• Mr. Franck Viault (Head of Cooperation), Ms. Marja Daffern (Deputy Head of Finance, Contracts and Audit) and Mr. Giovanni Serritella (Programme Manager for Environment, Climate change and FLEGT-VPA) of the EU Delegation to Indonesia, Brunei Darussalam and ASEAN visited the base camp of the Elephant Patrol Unit (EPU), which is managed  and operated by LIF, at Aras Napal on Thursday, 16 April 2015. More

  • Seven of the world's rarest rhinoceroses have been found in a national park in Indonesia. This is the first time the creatures have been seen in 26 years. Deforestation is still pushing the Sumatran toward extinction.

    Hidden cameras buried deep in an Indonesian national park have snapped images of seven critically endangered Sumatran rhinos. The rhinos haven't been seen in more than a quarter of a century and conservationists had feared the Sumatran was extinct. But, six females and one male rhino are now known to live in the Mount Leuser National Park, which is on the northern tip of Sumatra. More

  • The Leuser Management Unit (LMU), while implementing the Leuser Development Programme (funded jointly by the EU and GoI), officially launched the Elephant Patrol Unit (EPU) in Aras Napal on 9 May 2000 and this was the first of its kind in Indonesia. More

  • The Conservation Response Unit (CRU) will mitigate human-elephant conflicts. This Unit has four trained elephants under the supervision of a mahout provided by the Natural Resources Conservation Agency (BKSDA). The project will support the initial cost for the infrastructure development of the CRU and also support its operational costs until 2016. The elephants will be supported and the local community will participate in monitoring wildlife conflicts and illegal forestry activities. More

  • Dr. Jamal Gawi, MES, Chairperson of the Board of Directors of Leuser International Foundation, participated in a discussion on Tigers (Wildlife Protection Series) at @america Pacific Place in Jakarta on Wednesday, 1 October 2014. More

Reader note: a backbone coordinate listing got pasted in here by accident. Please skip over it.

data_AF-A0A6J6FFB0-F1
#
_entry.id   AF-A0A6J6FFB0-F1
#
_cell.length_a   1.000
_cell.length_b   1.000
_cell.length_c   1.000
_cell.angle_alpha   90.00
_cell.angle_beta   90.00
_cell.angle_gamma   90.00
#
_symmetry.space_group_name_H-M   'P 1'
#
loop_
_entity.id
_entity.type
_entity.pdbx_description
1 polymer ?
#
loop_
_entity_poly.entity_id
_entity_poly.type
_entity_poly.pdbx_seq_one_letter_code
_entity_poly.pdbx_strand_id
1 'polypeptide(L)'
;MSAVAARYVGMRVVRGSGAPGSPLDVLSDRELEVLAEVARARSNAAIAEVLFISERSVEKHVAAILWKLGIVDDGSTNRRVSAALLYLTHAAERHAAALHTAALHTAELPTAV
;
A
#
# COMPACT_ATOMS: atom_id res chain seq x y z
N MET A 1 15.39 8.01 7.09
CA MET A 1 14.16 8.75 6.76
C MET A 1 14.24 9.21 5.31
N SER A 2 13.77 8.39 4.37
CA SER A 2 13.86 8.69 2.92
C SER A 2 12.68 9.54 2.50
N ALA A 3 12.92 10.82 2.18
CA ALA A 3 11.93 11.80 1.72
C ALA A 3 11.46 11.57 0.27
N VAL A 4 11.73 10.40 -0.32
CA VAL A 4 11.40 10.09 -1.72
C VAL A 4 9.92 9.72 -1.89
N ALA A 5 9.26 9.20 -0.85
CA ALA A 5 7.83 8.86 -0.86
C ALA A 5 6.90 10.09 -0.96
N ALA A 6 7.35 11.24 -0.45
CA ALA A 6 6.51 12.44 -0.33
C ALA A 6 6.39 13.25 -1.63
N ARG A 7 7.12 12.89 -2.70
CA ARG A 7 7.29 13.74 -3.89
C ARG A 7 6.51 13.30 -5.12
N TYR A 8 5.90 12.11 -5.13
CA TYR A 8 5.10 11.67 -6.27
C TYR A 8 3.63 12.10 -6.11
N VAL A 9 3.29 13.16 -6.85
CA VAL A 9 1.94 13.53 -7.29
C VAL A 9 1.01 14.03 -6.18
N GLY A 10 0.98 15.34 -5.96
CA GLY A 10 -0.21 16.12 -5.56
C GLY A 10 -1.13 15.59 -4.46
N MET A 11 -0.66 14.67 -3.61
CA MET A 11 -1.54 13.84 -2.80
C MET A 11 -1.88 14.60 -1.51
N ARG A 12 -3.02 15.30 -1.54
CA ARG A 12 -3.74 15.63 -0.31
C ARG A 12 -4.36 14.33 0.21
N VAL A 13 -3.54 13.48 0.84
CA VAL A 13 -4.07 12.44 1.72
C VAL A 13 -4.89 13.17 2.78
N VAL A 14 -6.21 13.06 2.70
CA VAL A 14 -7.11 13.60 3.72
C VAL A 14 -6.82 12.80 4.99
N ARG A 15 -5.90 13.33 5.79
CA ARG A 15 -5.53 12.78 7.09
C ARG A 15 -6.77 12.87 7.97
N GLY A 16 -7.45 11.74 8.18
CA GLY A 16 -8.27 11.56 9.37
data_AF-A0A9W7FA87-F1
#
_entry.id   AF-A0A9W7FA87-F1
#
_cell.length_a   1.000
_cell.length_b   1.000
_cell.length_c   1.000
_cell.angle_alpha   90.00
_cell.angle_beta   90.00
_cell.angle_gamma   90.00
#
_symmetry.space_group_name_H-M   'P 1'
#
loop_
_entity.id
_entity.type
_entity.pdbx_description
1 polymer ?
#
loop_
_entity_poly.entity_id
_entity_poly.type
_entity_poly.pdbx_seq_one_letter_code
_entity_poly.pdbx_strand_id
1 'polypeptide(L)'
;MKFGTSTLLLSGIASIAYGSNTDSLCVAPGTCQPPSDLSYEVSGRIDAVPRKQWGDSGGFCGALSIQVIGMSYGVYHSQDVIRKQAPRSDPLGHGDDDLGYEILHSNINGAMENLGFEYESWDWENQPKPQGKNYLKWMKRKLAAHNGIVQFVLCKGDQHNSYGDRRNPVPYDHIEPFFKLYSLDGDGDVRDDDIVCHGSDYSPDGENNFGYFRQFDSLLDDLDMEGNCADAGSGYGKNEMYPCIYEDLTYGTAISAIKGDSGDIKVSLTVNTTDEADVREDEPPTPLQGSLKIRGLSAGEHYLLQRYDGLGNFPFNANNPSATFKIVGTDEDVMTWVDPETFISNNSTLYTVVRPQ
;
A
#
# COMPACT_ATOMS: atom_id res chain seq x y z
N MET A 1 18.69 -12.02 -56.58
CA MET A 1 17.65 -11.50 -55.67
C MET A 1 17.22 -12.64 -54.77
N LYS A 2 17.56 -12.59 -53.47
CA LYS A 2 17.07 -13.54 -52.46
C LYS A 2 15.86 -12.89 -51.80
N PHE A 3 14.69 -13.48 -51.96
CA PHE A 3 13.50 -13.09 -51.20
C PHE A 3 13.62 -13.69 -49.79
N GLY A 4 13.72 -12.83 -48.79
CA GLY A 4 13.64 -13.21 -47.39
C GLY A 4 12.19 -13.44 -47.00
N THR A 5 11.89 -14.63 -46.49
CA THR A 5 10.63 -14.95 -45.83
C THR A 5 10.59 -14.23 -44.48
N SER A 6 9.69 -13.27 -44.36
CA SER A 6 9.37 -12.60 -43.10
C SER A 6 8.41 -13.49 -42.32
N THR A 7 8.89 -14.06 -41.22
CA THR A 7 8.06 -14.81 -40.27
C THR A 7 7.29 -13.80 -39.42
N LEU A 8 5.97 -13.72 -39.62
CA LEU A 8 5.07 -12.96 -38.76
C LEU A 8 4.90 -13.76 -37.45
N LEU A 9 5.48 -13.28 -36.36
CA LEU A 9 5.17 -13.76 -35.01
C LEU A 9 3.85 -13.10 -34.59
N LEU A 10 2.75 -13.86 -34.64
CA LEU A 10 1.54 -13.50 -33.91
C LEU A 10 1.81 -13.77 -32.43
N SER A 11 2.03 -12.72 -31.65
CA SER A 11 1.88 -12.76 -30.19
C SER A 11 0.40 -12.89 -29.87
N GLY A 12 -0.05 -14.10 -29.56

Destruction of nature threatens human-beings and culture

Addressing participants of a discussion on protecting the Sumatran tiger (Panthera tigris sumatrae) at @America in Jakarta on 1 October 2014, Jamal M Gawi from Leuser International Foundation stated that the destruction of nature is a threat not only to wildlife species but also to people in the surrounding areas and their culture.

Jamal added that one of the problems in the Leuser Ecosystem is the change to the land function, which results in damage to the ecosystem and the occurrence of floods.

In 2002 Bahorok, an orangutan habitat area within Gunung Leuser National Park, was hit by flash floods, which killed more than 200 people in the neighboring villages.  The floods were mainly caused by illegal logging.  Severe floods in Aceh Tamiang district in Aceh in 2006 were also caused by illegal logging.  People are now worried of floods in the rainy season. The frequent flash floods provide evidence that damage to nature will also cause a loss to human-beings, who will lose their homes.  Jamal also mentioned that damage to villages may also result in the loss of culture, even culture that has not yet been discovered.

(Translated from KOMPAS.com, 2 October 2014)

Writer : Risky Wulandari

Editor : Yunanto Wiji Utomo



What steps are being taken by the LIF to promote the conservation of Leuser?
How will the people of Aceh and North Sumatra directly benefit from the conservation of the Leuser Ecosystem ?
What actions were taken by LIF relating to the earthquake and tsunami disaster in NAD and North Sumatra?

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